Perez, et al v. First American Title Insurance Company, No. 2:2008cv01184 - Document 237 (D. Ariz. 2010)

Court Description: ORDER granting in part and denying in part 217 and 218 Plaintiffs' Motion to compel, see PDF document for details; denying without prejudice 235 Defendant's Motion for decertification. A conference call to address modifications to the second case management order (Doc. 108) is set for October 5, 2010, at 3:00 p.m. Signed by Judge David G Campbell on 8/27/10.(LSP)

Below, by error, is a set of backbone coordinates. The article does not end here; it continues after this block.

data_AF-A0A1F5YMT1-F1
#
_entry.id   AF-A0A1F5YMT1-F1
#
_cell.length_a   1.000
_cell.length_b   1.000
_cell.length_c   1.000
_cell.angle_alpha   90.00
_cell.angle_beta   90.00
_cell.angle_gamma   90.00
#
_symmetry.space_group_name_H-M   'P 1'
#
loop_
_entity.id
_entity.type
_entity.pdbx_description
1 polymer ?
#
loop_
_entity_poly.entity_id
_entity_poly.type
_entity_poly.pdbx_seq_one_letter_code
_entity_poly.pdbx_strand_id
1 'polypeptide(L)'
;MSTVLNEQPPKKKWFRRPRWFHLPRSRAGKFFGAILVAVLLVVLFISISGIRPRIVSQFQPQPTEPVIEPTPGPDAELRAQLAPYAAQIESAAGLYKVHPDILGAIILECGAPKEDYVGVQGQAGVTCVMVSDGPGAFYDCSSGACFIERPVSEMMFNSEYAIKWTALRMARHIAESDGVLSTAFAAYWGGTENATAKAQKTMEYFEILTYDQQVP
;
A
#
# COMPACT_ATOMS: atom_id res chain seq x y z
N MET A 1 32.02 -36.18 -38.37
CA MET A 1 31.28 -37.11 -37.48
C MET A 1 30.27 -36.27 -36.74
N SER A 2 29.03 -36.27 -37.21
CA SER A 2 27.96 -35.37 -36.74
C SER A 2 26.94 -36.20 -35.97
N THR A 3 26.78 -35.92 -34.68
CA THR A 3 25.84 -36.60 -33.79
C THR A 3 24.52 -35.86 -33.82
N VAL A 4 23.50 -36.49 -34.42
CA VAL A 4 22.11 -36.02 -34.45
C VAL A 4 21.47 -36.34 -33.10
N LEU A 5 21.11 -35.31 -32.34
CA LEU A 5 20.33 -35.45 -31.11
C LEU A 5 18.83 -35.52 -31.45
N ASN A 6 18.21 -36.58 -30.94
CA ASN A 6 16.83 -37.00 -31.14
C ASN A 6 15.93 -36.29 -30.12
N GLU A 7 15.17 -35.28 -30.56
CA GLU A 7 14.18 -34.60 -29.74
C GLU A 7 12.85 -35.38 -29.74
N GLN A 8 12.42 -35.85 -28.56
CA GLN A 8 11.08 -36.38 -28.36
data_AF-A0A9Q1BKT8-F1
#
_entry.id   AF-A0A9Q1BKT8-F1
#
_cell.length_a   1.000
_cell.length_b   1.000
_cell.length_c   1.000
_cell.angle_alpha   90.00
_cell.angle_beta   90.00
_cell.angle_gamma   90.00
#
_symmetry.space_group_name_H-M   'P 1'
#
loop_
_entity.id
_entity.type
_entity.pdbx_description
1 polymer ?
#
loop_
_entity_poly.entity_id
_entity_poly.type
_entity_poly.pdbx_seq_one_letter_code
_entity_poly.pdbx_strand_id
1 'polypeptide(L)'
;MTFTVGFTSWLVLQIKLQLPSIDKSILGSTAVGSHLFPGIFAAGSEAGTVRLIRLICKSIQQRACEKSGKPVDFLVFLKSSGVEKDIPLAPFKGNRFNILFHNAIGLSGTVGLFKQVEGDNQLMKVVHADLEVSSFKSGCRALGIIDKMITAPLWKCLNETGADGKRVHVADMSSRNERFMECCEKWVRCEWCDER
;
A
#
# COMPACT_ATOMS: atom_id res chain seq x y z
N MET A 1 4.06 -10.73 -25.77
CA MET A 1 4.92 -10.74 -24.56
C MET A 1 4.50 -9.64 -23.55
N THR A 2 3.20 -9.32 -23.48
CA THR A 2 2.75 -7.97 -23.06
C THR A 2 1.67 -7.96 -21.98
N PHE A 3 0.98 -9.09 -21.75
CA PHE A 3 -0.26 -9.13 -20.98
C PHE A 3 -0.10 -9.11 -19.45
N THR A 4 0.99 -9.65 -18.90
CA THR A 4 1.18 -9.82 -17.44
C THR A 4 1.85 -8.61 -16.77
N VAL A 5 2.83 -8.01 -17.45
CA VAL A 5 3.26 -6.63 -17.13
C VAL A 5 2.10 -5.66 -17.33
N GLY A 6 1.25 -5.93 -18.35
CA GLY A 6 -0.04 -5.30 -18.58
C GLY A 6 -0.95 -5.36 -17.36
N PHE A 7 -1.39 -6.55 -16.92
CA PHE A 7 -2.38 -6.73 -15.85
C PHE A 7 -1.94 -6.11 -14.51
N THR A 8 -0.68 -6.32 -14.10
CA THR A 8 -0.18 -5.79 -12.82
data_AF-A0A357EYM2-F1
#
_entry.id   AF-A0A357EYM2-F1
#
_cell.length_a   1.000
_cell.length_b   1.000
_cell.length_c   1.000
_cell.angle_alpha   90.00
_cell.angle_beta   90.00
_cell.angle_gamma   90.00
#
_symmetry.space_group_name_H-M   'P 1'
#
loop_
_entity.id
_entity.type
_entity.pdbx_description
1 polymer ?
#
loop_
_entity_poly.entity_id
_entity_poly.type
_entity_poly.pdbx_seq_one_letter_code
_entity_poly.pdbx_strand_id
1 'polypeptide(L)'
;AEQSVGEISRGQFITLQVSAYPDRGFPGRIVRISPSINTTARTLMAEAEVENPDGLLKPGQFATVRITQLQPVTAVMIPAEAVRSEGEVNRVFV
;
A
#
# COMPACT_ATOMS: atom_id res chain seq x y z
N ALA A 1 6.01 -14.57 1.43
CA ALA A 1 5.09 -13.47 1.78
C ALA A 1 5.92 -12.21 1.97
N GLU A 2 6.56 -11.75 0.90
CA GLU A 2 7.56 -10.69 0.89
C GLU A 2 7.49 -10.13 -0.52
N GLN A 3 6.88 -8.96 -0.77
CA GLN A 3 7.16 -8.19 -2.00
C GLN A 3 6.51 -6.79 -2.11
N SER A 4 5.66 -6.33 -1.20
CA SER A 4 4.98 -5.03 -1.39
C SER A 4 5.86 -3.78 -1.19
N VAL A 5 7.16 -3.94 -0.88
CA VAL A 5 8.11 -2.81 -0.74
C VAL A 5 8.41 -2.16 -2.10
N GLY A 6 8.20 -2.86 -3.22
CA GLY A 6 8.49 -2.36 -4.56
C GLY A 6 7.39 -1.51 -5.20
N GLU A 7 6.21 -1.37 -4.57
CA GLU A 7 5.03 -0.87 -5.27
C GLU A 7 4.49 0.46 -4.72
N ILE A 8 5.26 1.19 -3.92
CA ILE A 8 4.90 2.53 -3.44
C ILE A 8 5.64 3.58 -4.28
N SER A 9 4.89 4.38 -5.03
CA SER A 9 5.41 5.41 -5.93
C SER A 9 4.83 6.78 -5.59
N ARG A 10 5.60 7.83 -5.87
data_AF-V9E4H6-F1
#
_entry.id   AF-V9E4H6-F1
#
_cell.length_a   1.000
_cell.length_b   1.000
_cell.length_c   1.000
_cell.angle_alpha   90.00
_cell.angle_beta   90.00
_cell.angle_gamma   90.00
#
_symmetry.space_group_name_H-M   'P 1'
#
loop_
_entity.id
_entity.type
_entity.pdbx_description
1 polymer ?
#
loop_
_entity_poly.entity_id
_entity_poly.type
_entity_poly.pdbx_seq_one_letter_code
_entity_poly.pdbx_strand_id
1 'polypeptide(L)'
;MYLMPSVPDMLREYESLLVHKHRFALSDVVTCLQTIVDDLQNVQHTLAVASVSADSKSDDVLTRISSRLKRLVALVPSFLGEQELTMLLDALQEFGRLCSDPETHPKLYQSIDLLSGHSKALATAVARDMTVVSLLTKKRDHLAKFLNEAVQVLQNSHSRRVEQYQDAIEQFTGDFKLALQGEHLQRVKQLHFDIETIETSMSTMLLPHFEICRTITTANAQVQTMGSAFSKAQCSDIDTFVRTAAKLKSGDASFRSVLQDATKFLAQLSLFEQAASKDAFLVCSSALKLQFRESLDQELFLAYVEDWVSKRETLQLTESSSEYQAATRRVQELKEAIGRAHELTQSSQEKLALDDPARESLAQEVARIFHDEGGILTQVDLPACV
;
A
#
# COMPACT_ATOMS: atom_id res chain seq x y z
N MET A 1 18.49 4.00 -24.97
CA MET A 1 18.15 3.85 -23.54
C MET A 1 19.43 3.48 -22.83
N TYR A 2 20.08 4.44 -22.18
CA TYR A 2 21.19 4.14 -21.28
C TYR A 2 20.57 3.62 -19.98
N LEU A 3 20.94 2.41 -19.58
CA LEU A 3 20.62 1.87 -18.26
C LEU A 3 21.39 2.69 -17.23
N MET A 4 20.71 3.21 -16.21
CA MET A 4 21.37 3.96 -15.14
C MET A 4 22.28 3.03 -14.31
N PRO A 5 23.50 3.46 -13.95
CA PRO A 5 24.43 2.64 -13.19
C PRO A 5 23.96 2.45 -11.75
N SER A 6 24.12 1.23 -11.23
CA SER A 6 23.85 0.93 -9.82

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Perez, et al v. First American Title Insurance Company 1 Doc. 237 WO 2 3 4 5 6 IN THE UNITED STATES DISTRICT COURT 7 FOR THE DISTRICT OF ARIZONA 8 9 10 Daniel Perez and Elizabeth Perez, on behalf of themselves and all others similarly situated, Plaintiffs, 11 12 vs. 13 First American Title Insurance Company, 14 Defendant. 15 ) ) ) ) ) ) ) ) ) ) ) ) ) No. CV-08-1184-PHX-DGC ORDER 16 The Court’s Second Case Management Order, entered on September 29, 2009, 17 established a discovery deadline of June 4, 2010. Doc. 108. On May 28, 2010, the Court 18 held a conference call with the parties at Plaintiffs’ request. During the call, Plaintiffs made 19 an oral motion to compel production of documents and electronic information. Doc. 217. 20 The Court directed the parties to file memoranda on the issues raised in the motion, fully 21 intending to rule promptly. The parties completed the briefing as directed, Docs. 218, 224, 22 227, but the Court unfortunately lost track of the issue and did not rule promptly. When the 23 Court discovered its error, it set a status conference for August 17, 2010. Doc. 234. The 24 status conference was held, and the Court will now rule consistent with the directions 25 provided during the status conference. Doc. 236. Plaintiff’s motion to compel will be 26 granted in part and denied in part. 27 Plaintiffs seek three categories of discovery: (1) the closing files for potential class 28 1 members in Defendant’s possession, (2) the same type of documents in the possession of 2 Defendant’s agents, and (3) data maintained in Defendant’s FAST, STARS, and WinTrack 3 databases in a format that permits Plaintiffs to examine the structure of each database and the 4 relationships between different data fields and entries. Doc. 218 at 2-3. Defendant objects 5 to the requests for closing files on the grounds that they are untimely, unduly burdensome, 6 and prejudicial in that they would require a significant modification to the case management 7 schedule. Doc. 224 at 1-2. Defendant argues that the request for electronic data is 8 impermissibly vague and may prove to be unduly burdensome and costly. Id. 9 I. The Closing Files in Defendant’s Possession. 10 Plaintiffs assert that they timely requested production of closing files in Defendant’s 11 possession three times: in their third set of pre-certification document requests dated 12 March 24, 2009 (Doc. 218-6), in their first set of post-certification document requests dated 13 October 19, 2009 (Doc. 218-3), and in their second set of post-certification document 14 requests dated April 20, 2010 (Doc. 218-1). Doc. 218 at 3- 6. Defendant argues that the first 15 time Plaintiffs specifically requested “closing files” was in a meet-and-confer email sent 16 May 13, 2010 (Doc. 221-1 at 3-4), more than three weeks after the deadline for serving 17 written discovery had expired. Doc. 224 at 2-4. The Court agrees. 18 The document request dated March 24, 2009 does not seek closing files, but instead 19 requests “policies and procedures” governing what documents must be maintained in closing 20 files. Doc. 218-6 at 7, ¶ 34. 21 The document request dated October 19, 2009 seeks documents “identified, referred 22 to or described” in Defendant’s response to Plaintiffs’ first set of post-certification 23 interrogatories. Doc. 218-3 at 6, ¶ 1. Interrogatory 7 requests borrower-specific information 24 for certain title insurance policies issued by Defendant. Doc. 226-5 at 11. Plaintiffs assert 25 that in response to interrogatory 7, Defendant refers to and describes documents that 26 constitute “closing files,” that is, “physical inventory of ‘jackets,’” “policy forms,” and 27 certain files that would require “manual file review” in order to identify the loan policies 28 issued in Maricopa County. Doc. 218 at 4-5. -2- Defendant notes that it objected to 1 interrogatory 7 as overbroad, unduly burdensome, and irrelevant (Doc. 226-5 at 11), that it 2 identified general categories documents without relying on any specific documents or files, 3 and that it referenced a manual file review only to illustrate the burdensome nature of the 4 interrogatory. Doc. 224 at 4; see Doc. 226-5 at 11-13. The Court concludes that the 5 document request dated October 19, 2009 (Doc. 218-3 at 6, ¶ 1) cannot reasonably be 6 construed as a request for closing files. 7 The document request dated April 20, 2010 seeks documents “sufficient to identify 8 the name and address” of potential class members. Doc. 218-1 at 4, ¶ 1. Plaintiffs do not 9 explain, and it is not otherwise clear to the Court, how this constitutes a request for entire 10 closing files. 11 Plaintiffs knew how to request closing files prior to the deadline for serving written 12 discovery. As Plaintiffs themselves recognize (Doc. 218 at 6), the subpoenas served on 13 Defendant’s agents in early November 2009 contain detailed requests for relevant closing 14 files (see, e.g., Doc. 218-8 at 7-8). Given those specific and detailed requests, the Court 15 cannot construe the document requests served on Defendant (Docs. 218-1, -3, -6) as seeking 16 production of closing files. The Court accordingly finds that Plaintiffs have not timely 17 requested production of closing files in the possession of Defendant. 18 II. The Closing Files in the Possession of Defendant’s Agents. 19 With respect to the closing files sought from Defendant’s agents, Plaintiffs bring their 20 motion to compel only against those agents who are represented by counsel for Defendant: 21 All American Title Agency, LLC, Alliance Title Partners, LLC, First Valley Title, Hamilton 22 Title Agency, LLC, Russ Lyon Title, LLC, Title Partners of Tucson, LLC, and 23 Transcontinental Title Company. Doc. 218 at 2 n.1. Defendant does not dispute that 24 Plaintiffs timely requested closing files from those agents in subpoenas served in November 25 2009. Defendant notes that the agents timely objected to producing entire closing files in 26 mid-December 2009, that those objections are sound under Rule 45, and that Plaintiffs have 27 taken no steps to avoid imposing undue burden and expense in light of the objections. 28 Doc. 224 at 5-6. Defendant contends that Plaintiffs’ last-minute demand for the production -3- 1 of entire closing files by the non-party agents is untimely. Id. at 6. 2 The agents represented by counsel for Defendant objected to the requests for closing 3 files on the grounds that they are overbroad as to temporal scope, they are unduly 4 burdensome because they call for file-by-file reviews, and production of entire closing files 5 would result in the disclosure of confidential and private customer information. See, e.g., 6 Doc. 218-10 at 5. As the parties moving to compel production over timely objections, 7 Plaintiffs have the burden of showing the appropriateness of the subpoenas served on the 8 non-party agents. See Wi-Lan Inc. v. Research in Motion Corp., No. 10cv859-W (CAB), 9 2010 WL 2998850, at *3 (S.D. Cal. July 28, 2010). Plaintiffs complain that the agents have 10 asserted “boilerplate” objections (Doc. 218 at 7), but do not explain why the objections are 11 unfounded or otherwise improper. Thus, Plaintiffs have not met their burden of showing that 12 the agents should be compelled to produce entire closing files. 13 The Court also concludes that Plaintiffs waited too long before seeking to compel 14 production of these documents. Objections to the subpoenas were served in December of 15 2009. Plaintiffs did not seek to compel production until May 28, 2010, only five business 16 days before the close of fact discovery. This left too little time for the objecting entities to 17 respond to the substantial production request before the close of discovery. Because 18 Plaintiffs clearly could have sought to compel production months earlier, the Court concludes 19 that Plaintiffs could not have shown good cause to extend the discovery period to permit 20 production. See Johnson v. Mammoth Recreation, Inc., 975 F.2d 604, 609 (9th Cir. 1992) 21 (Rule 16’s good cause standard primarily considers the diligence of the party seeking the 22 amendment. The district court may modify the pretrial schedule only if it cannot be met 23 through reasonable diligence.). 24 III. Data Contained in Defendant’s Computer Systems. 25 The parties agree that Plaintiffs timely requested data contained in Defendant’s FAST, 26 STARS, and WinTrack computer systems (see Docs. 218-1, -3, -6), and that Defendant has 27 produced a substantial amount of data to Plaintiffs (Docs. 218 at 7, 224 at 7-8). Plaintiffs 28 claim that Defendant has limited the data to fields that it has determined to be relevant and -4- 1 has denied Plaintiffs access to the systems to determine whether other data fields will assist 2 in identifying potential class members. Doc. 218 at 7. Defendant asserts that it has produced 3 descriptions of fields in the form of data dictionaries, record layouts, and through deposition 4 testimony. Doc. 224 at 8. Defendant further asserts that it would take months to create new 5 electronic databases for production, and costs could exceed $2 million. Id. at 9. Plaintiffs 6 counter that they have not asked Defendant to create entirely new databases, but merely seek 7 the ability to determine for themselves what data may be relevant to the identification of class 8 members. Doc. 227 at 3. 9 The parties agree that to the extent the names and addresses of absent class members 10 can be determined, direct mail notice should be provided. Docs. 218 at 8, 235 at 2. Indeed, 11 Defendant has moved for decertification on the ground that Plaintiffs are not able to provide 12 timely and sufficient notice to class members. Doc. 235. Plaintiffs assert that access to the 13 computer systems will enable them to identify potential class members and thereafter provide 14 adequate notice. Doc. 218 at 8-9. 15 The Court finds, on the present record, that decertification is too harsh a result for any 16 dilatory or inadequate discovery practices on the part of Plaintiffs. The Court will allow 17 Plaintiffs a limited, but reasonable, opportunity to discover the identities of potential class 18 members through the data bases. 19 Defendant shall provide Plaintiffs reasonable access to the FAST, STARS, and 20 WinTrack computer systems at one of Defendant’s offices. Defendant may supervise, but 21 not interfere with, Plaintiffs’ use of those systems. Plaintiffs’ access to the computer systems 22 is limited by the class definition (Doc. 222 at 6) and is conditioned on adherence to the 23 parties’ protective agreement and “claw-back” provision. Each side shall bear their own 24 review and copying costs. 25 IT IS ORDERED: 26 1. in part. 27 28 Plaintiffs’ motion to compel (Docs. 217, 218) is granted in part and denied 2. The parties shall comply fully with the requirements set forth above by -5- 1 September 28, 2010. 2 3. Defendant’s motion for decertification (Doc. 235) is denied without prejudice. 3 4. A conference call to address modifications to the second case management 4 5 order (Doc. 108) is set for October 5, 2010, at 3:00 p.m. DATED this 27th day of August, 2010. 6 7 8 9 10 11 12 13 14 15 16 17 18 19 20 21 22 23 24 25 26 27 28 -6-